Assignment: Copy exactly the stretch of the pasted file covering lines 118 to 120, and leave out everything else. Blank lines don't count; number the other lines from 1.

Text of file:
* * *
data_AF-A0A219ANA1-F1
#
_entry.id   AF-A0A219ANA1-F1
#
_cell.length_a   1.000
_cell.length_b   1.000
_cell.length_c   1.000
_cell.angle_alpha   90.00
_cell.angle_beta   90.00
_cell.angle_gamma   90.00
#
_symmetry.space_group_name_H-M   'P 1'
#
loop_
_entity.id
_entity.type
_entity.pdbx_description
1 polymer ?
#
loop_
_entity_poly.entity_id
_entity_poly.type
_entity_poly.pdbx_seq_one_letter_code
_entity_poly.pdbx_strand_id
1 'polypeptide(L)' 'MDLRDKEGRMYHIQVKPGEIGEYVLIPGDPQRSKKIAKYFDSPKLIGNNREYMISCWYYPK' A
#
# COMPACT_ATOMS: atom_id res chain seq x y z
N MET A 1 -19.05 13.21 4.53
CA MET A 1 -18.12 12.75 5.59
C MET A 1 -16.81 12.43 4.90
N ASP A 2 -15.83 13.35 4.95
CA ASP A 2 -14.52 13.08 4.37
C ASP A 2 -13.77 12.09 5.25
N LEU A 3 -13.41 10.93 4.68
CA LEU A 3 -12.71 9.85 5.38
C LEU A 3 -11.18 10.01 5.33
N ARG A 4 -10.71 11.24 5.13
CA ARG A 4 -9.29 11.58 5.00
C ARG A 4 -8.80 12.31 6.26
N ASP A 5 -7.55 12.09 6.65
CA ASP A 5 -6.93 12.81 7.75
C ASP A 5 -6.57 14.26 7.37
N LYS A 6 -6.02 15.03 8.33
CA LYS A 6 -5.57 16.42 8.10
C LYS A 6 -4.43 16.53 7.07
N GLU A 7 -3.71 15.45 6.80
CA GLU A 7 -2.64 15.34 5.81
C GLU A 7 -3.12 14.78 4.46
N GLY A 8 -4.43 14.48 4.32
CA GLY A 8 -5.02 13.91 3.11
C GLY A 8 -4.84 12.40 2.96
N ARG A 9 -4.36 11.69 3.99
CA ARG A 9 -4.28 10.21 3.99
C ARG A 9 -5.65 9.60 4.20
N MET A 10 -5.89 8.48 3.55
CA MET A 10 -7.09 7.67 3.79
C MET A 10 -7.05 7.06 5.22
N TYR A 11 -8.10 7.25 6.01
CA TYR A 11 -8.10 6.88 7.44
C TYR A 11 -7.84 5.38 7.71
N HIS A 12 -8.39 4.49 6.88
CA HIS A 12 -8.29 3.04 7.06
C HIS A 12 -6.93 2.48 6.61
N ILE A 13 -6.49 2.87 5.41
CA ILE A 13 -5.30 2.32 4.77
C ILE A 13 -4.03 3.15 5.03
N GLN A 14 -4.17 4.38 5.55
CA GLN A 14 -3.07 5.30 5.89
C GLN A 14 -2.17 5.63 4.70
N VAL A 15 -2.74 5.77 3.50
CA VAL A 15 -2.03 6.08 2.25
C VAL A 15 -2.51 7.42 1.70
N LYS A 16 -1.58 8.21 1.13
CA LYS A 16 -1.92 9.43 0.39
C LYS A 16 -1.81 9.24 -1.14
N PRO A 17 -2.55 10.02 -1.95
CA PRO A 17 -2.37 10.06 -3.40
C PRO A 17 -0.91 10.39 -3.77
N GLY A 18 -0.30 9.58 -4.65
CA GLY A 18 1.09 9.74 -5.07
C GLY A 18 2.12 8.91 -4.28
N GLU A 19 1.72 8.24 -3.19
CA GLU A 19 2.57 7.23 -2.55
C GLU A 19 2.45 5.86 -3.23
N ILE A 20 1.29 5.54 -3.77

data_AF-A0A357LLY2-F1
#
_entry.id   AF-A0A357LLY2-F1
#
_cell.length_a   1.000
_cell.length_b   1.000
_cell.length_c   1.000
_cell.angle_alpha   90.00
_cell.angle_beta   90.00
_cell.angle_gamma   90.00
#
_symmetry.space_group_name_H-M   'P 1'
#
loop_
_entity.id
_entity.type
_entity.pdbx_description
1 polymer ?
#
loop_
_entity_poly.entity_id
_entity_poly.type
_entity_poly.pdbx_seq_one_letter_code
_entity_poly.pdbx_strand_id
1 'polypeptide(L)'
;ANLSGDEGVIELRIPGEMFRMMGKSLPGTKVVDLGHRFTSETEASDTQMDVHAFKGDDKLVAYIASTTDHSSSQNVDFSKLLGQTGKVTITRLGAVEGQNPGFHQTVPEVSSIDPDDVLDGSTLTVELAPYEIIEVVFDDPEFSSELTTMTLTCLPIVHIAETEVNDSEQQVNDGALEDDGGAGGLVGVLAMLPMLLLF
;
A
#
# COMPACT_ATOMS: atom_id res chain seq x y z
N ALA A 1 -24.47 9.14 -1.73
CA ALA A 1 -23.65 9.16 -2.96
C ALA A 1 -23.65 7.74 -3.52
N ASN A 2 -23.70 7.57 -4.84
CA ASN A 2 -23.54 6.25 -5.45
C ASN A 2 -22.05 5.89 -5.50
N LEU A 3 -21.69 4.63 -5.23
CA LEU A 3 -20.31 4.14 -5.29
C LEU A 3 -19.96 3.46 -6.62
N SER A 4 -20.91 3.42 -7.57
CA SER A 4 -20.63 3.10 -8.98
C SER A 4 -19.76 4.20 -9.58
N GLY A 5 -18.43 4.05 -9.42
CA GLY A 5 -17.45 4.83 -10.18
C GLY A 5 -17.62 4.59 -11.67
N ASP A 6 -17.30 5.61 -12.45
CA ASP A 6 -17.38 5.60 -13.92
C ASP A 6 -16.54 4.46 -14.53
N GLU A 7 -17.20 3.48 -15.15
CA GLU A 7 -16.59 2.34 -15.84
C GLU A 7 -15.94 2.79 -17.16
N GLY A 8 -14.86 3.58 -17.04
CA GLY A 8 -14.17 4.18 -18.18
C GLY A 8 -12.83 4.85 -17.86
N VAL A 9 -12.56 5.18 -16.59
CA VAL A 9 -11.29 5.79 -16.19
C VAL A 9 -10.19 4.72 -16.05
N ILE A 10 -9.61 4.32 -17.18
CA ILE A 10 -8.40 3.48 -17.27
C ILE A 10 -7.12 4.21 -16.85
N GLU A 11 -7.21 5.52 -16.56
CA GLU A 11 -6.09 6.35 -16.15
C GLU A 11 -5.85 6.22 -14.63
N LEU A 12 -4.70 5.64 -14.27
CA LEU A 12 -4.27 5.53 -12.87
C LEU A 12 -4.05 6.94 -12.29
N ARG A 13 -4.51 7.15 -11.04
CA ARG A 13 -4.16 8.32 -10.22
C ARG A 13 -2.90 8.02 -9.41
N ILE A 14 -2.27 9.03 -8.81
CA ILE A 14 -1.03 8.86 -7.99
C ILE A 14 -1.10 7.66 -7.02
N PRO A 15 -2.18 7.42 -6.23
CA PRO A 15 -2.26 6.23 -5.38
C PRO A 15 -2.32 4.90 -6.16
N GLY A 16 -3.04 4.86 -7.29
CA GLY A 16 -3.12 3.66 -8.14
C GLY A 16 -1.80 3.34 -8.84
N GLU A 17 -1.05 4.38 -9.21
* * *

C ALA A 1 -23.65 7.74 -3.52
N ASN A 2 -23.70 7.57 -4.84
CA ASN A 2 -23.54 6.25 -5.45